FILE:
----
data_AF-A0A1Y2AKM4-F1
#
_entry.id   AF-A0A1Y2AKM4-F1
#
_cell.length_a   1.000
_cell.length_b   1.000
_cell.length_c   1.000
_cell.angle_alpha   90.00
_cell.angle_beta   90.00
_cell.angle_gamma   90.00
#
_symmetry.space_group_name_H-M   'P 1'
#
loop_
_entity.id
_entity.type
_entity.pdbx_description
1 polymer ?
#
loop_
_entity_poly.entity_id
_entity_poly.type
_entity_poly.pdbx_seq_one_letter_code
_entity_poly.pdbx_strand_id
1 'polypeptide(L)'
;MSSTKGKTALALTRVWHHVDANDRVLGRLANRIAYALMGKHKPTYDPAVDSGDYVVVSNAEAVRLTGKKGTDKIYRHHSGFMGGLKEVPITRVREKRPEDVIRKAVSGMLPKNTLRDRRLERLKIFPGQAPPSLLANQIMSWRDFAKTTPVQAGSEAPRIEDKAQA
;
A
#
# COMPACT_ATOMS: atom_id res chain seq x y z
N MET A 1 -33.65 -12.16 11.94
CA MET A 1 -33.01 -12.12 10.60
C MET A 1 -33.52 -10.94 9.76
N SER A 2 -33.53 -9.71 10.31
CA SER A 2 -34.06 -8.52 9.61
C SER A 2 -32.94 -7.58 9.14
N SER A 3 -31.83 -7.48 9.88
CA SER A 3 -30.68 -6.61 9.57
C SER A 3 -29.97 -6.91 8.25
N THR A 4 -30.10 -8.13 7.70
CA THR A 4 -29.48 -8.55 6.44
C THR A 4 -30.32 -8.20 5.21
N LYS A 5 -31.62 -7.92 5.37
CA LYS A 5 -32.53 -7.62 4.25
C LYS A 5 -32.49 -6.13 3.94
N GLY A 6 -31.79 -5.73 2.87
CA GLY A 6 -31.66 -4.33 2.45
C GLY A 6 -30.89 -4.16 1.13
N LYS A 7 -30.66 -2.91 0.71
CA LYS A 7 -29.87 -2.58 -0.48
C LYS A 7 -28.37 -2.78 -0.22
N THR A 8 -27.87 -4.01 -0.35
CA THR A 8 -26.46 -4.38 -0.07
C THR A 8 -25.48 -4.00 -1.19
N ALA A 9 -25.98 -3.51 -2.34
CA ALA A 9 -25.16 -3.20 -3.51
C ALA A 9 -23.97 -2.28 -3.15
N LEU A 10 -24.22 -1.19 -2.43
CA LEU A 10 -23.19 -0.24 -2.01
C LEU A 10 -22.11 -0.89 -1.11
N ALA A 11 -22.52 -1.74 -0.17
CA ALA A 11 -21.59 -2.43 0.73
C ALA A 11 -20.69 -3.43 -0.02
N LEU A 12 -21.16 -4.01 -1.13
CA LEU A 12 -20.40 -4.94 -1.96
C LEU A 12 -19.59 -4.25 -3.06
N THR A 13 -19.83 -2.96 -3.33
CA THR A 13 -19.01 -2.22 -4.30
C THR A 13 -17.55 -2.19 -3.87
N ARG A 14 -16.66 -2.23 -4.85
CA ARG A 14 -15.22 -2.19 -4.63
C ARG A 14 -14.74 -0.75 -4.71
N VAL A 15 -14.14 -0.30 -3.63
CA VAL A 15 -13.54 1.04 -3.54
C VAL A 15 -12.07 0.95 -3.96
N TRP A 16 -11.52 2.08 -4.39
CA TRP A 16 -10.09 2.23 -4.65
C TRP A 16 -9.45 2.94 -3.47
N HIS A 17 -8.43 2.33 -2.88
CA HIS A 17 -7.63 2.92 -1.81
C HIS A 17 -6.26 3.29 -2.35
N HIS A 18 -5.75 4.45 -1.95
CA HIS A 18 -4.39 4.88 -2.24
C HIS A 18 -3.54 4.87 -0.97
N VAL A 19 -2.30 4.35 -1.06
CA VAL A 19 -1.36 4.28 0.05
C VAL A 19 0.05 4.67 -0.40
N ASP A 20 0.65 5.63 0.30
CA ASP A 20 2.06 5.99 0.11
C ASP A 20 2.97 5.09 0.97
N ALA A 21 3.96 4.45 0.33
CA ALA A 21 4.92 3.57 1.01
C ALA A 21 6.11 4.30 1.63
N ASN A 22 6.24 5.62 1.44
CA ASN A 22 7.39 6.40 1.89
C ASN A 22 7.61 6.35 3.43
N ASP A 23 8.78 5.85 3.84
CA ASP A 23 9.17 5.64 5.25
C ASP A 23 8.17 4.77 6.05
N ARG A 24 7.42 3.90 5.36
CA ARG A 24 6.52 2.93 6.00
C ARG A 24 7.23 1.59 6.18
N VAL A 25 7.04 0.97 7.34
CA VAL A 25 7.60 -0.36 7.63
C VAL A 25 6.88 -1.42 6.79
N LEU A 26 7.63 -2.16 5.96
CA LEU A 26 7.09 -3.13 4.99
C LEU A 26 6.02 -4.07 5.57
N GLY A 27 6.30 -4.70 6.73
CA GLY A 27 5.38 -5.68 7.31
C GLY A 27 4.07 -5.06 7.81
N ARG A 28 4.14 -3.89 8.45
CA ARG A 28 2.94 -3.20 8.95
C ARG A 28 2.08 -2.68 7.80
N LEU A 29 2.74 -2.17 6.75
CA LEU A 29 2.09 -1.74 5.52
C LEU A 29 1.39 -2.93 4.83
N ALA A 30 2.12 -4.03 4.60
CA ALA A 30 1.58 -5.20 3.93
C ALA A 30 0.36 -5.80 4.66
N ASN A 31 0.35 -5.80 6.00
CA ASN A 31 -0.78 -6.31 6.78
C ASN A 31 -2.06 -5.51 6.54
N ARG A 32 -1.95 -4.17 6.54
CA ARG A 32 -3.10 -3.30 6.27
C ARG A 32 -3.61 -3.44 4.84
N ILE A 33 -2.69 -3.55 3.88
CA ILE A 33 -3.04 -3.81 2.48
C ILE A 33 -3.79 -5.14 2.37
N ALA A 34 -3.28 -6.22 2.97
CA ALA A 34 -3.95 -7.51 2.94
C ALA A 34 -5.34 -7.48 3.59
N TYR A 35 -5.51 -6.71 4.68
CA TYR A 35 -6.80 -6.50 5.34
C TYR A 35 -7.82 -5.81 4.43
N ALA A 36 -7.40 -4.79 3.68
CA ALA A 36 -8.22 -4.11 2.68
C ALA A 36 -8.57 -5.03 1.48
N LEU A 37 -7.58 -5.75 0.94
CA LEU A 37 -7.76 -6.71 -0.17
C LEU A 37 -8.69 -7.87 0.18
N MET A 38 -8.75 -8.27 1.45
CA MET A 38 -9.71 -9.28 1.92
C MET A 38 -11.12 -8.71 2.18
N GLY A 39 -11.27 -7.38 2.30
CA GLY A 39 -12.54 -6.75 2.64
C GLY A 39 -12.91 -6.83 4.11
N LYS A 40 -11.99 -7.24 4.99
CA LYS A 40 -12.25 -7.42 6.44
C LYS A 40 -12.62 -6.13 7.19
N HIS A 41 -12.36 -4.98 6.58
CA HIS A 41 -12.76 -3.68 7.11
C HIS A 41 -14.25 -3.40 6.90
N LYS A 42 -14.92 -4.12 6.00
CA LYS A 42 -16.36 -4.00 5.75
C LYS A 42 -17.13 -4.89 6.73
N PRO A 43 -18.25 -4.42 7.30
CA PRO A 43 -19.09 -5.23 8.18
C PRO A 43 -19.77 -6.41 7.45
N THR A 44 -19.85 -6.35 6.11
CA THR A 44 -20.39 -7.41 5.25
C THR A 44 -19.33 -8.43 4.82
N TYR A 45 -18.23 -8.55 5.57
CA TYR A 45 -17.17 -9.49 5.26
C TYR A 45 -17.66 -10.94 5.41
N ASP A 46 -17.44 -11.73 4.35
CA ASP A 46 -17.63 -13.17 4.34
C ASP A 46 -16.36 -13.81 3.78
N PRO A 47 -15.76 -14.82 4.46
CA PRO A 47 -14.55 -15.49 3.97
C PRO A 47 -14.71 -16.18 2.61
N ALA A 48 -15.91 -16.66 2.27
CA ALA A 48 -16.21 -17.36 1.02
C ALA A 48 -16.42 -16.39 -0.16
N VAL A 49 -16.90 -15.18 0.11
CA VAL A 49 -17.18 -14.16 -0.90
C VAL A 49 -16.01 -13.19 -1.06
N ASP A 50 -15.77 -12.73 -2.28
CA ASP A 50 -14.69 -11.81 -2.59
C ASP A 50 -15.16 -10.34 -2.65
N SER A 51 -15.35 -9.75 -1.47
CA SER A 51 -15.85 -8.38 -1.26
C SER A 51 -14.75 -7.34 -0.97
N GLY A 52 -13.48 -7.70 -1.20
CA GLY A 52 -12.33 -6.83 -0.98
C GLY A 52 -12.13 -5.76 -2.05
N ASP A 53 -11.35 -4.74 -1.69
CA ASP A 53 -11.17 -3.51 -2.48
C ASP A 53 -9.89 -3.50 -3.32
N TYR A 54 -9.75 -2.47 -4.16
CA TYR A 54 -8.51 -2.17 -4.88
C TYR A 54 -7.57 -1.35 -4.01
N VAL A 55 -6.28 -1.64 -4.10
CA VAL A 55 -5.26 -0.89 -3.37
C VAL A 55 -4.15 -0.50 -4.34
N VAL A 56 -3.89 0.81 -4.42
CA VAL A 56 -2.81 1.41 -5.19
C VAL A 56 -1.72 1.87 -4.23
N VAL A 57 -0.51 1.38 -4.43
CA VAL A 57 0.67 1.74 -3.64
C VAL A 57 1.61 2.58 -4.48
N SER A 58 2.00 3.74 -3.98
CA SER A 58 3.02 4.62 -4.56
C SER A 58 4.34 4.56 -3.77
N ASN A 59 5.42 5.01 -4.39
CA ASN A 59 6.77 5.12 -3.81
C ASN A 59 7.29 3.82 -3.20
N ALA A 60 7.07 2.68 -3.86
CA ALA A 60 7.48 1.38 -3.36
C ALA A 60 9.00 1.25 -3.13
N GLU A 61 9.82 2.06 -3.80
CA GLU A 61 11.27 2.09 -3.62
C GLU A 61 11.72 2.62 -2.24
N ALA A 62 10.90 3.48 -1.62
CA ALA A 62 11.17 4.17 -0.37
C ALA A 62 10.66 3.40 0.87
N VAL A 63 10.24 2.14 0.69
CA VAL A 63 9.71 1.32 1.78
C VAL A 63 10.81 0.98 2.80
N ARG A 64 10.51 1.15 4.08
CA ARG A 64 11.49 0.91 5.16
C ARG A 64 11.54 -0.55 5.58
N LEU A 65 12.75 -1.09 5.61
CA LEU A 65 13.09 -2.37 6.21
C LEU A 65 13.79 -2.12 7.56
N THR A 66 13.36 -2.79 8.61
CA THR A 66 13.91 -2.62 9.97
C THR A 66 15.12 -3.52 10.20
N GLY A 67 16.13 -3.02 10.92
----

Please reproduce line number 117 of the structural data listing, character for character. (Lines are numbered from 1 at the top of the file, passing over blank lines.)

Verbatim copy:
C LEU A 29 1.39 -2.93 4.83